The second, which was the last email he typed, was to his grandson. He talked about how he was not good at this stuff but his grandson was and could help him. He signed it, “Your anxious granddad.” We both laughed.

Aaron will check his email himself tomorrow to see the replies. He’s anxious in a good way to get them. He has made tremendous progress in just two lessons and has taught me something in the process. When it comes to moving One Can A Week forward, I have to be as patient with myself as I am with all of my students. That’s when the success will come.

Food for Thought
As I sit behind the display table at the Rincon Market on Saturday mornings I have plenty of time to observe folks, think and make notes. This past Saturday I saw a neatly dressed gentleman in a white shirt and black trousers who had a cell phone on one hip and a holstered gun on the other. This struck me as strange in such a peaceful place and my mind whirled around that dissonant image for a few minutes. Then I wrote: When your brain is not loaded and ready to fire, carrying a gun highlights that fact.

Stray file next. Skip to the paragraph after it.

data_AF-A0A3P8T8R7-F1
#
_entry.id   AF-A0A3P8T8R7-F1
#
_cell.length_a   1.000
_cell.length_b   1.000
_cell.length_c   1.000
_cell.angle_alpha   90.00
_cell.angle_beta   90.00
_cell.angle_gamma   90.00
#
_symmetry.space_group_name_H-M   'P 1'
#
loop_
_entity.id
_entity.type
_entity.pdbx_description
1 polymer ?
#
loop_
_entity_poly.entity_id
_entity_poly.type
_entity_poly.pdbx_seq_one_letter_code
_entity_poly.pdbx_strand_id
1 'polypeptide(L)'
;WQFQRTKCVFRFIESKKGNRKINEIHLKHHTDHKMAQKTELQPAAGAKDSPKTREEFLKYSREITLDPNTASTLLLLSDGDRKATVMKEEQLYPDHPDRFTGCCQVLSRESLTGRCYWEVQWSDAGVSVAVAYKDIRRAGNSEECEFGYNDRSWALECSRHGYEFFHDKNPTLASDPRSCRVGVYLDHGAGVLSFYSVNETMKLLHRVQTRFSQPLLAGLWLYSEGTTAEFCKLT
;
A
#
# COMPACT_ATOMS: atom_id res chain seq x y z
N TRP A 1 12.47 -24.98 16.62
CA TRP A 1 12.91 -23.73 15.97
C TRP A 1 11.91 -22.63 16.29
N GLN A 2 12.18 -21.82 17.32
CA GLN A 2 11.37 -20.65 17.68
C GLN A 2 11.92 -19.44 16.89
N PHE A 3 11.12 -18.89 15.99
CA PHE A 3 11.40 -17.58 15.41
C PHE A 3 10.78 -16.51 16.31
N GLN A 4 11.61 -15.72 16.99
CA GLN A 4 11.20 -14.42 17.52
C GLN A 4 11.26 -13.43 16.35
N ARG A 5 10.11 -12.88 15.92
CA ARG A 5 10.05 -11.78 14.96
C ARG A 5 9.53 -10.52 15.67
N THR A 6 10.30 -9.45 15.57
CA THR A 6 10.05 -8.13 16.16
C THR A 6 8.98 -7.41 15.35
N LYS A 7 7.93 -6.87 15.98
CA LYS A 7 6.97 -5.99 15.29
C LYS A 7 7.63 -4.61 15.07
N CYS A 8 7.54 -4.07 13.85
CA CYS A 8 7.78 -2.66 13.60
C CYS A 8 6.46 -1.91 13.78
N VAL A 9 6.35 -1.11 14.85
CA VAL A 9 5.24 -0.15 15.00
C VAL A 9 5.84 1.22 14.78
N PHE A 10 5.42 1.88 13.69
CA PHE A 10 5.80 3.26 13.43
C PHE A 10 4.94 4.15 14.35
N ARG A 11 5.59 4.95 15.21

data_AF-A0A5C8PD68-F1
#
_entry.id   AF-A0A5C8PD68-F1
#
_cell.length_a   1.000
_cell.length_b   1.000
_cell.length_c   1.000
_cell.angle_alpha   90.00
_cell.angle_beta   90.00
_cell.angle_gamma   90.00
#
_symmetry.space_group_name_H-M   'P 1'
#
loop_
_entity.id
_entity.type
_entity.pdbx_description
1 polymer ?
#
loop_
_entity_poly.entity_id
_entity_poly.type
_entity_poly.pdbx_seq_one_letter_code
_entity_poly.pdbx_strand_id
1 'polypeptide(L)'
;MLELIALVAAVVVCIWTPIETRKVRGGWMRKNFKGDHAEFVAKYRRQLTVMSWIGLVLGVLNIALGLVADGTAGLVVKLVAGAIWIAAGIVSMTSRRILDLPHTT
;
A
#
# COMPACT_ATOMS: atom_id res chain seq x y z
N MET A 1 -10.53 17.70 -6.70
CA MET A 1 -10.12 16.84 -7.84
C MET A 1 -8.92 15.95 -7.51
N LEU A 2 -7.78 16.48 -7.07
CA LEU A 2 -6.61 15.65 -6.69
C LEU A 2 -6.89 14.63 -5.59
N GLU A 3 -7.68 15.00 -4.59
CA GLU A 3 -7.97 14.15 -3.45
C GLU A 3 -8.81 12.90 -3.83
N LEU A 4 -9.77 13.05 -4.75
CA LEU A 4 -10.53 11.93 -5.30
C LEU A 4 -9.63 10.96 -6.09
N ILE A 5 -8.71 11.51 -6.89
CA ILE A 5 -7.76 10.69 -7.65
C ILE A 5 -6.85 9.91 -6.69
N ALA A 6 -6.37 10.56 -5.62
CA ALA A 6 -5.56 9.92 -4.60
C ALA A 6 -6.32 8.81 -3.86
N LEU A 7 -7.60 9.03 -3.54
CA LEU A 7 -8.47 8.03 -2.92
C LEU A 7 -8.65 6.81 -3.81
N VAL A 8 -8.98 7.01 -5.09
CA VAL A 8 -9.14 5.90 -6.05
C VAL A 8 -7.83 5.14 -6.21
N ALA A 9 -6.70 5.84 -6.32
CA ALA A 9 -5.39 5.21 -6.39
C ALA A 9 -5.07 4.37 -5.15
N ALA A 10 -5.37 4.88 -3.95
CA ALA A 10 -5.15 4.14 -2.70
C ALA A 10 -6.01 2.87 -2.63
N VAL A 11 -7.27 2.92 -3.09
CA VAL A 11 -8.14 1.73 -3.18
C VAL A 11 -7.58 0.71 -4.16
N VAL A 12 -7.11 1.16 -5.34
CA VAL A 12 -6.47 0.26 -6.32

The Luck of Bobby and Debby – Lopita and I were standing on her porch discussing our desire for everyone to vote this election season when I noticed she started looking over my right shoulder. I stayed focused on Lopita until a quizzical look took over her face. She was actually wondering who was trying to get my attention in the blue sports car down by her mailbox. I turned and saw it was Bobby and Debby Rich, who were somewhat lost.

They were on their way to a noon time theatre show on Park but Bobby forgot that Park doesn’t go straight through and ended up on Miles. He recognized the Cabriolet and umbrella so he stopped. We talked until the loss of air conditioning through the open window got to be too much for them and they drove off. I didn’t blame them because it was really hot standing still.